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Gilded Age Politics

Gilded Age Politics

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Gilded Age Politics

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  1. Gilded Age Politics APUSH

  2. The “Politics of Equilibrium”

  3. A Two-Party Stalemate

  4. Well-Defined Voting Blocs Democrats Republicans • White Southerners • Catholics • Recent immigrants • Urban working poor • Most farmers • Northern whites • African Americans • Northern Protestants • Old WASPs • Most of the middle class

  5. Presidency as a Symbolic Office • Party bosses ruled • Presidents should avoid offending any factions within their own party • The President just doled out federal jobs

  6. Grant Administration 1868-1876

  7. 1868 Presidential Election

  8. Grant Scandals & Grantism

  9. The Tweed Ring in NYC

  10. Who Stole the People’s Money?

  11. 1872 Presidential Election

  12. Check Point

  13. In the presidential election of 1868, Ulysses S. Grant • transformed his personal popularity into a large majority in the popular vote • owed his victory to the votes of former slaves • gained his victory by winning the votes of the majority of whites • demonstrated his political skill • All of these

  14. New York’s notoriously corrupt Boss Tweed was finally jailed under the pressure of New York Times exposes and the cartoons of Thomas Nast federal income tax evasion charges the RICO racketeering act new York City’s ethics laws testimony by Tweed’s partners in crime

  15. The Credit Mobilier scandal involved public utility company bribes Bureau of Indian Affairs payoffs railroad construction kickbacks evasion of excise taxes on distilled liquor manipulating the Wall Street stock market

  16. During the Gilded Age, the Democrats and the Republicans had few significant policy differences agreed on currency policy but not the tariff disagreed primarily over the power of the federal government held similar views on all economic issues except for civil-service reform were divided over silver vs. gold currency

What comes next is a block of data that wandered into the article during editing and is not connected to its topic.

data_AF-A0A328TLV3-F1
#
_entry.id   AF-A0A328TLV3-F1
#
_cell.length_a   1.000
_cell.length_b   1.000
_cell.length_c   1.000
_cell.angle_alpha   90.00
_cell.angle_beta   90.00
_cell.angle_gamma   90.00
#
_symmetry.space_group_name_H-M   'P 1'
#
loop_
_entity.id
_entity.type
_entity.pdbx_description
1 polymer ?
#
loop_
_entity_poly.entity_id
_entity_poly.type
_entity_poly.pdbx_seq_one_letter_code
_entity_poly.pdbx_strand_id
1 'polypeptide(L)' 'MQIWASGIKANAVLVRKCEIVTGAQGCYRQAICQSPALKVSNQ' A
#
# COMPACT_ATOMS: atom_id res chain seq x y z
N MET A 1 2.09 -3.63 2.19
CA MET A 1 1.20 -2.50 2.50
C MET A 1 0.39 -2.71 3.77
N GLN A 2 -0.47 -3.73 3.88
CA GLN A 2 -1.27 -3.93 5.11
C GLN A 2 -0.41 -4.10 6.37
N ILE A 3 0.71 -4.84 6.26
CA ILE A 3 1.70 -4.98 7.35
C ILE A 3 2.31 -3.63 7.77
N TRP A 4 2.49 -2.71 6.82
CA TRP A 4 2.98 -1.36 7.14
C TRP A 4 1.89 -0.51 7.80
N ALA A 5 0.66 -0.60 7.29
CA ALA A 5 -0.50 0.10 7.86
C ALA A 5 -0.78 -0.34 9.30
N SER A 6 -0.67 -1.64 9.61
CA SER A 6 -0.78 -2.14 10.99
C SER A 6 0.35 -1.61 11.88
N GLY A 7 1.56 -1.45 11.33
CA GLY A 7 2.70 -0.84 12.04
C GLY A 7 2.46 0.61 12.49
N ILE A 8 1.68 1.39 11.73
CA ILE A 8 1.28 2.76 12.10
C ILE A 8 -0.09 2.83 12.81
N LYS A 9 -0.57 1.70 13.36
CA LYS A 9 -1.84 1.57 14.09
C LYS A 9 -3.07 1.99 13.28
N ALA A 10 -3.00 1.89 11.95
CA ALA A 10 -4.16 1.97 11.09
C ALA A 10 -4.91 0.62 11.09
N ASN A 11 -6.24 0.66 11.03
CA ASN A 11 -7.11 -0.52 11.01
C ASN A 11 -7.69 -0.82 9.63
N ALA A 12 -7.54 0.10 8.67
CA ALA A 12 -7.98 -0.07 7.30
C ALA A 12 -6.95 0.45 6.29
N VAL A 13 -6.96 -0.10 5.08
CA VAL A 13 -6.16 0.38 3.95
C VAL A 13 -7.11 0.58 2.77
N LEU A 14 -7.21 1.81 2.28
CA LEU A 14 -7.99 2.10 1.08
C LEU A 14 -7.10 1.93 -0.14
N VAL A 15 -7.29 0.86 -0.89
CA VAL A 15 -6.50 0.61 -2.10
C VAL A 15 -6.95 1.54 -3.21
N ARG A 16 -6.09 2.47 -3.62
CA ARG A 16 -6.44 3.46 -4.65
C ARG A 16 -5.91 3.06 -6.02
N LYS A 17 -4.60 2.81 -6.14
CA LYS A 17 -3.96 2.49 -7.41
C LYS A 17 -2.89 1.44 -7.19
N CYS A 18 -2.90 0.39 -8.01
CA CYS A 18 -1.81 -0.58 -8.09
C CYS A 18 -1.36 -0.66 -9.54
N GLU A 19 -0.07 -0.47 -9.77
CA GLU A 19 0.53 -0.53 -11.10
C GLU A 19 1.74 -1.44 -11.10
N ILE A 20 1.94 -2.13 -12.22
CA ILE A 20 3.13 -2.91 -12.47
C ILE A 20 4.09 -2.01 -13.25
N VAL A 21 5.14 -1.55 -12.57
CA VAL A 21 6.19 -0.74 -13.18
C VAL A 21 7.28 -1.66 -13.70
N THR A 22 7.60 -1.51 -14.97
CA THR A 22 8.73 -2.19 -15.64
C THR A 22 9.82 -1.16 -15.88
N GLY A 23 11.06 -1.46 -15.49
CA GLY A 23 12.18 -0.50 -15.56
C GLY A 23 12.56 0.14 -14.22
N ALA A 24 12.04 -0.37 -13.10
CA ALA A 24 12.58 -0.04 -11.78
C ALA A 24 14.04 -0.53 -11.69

17. During the Gilded Age, the lifeblood of both the Democratic and Republican parties was the Grand Army of the Republic the Roman Catholic Church ideological commitment big-city political machines political patronage

  18. Hayes Administration 1876-1880

  19. 1876 Presidential Election

  20. The Political Crisis of 1877 “Corrupt Bargain” Part II?

  21. Hayes Prevails

  22. Rutherford B. Hayes • Ended Reconstruction • Use of Federal troops to put down RR strike • Civil Service Reform • Southern Democrats appointed to cabinet

  23. Garfield Administration 1880-1881

  24. 1880 Presidential Election

  25. James Garfield • Laissez Faire • Star Route Scandal • Spoils System

  26. 1881: Garfield Assassinated! Charles Guiteau: I am a Stalwart, and Arthur is President now!

  27. Chester Arthur • Chinese Exclusion Act • Pendleton Act

  28. Pendleton Act (1883) • Civil Service Act • The “Magna Carta” of civil service reform • 1883 – 14,000 out of 117,000 federal government jobs became civil service exam positions • 1900 – 100,000 out of 200,000 civil service federal government jobs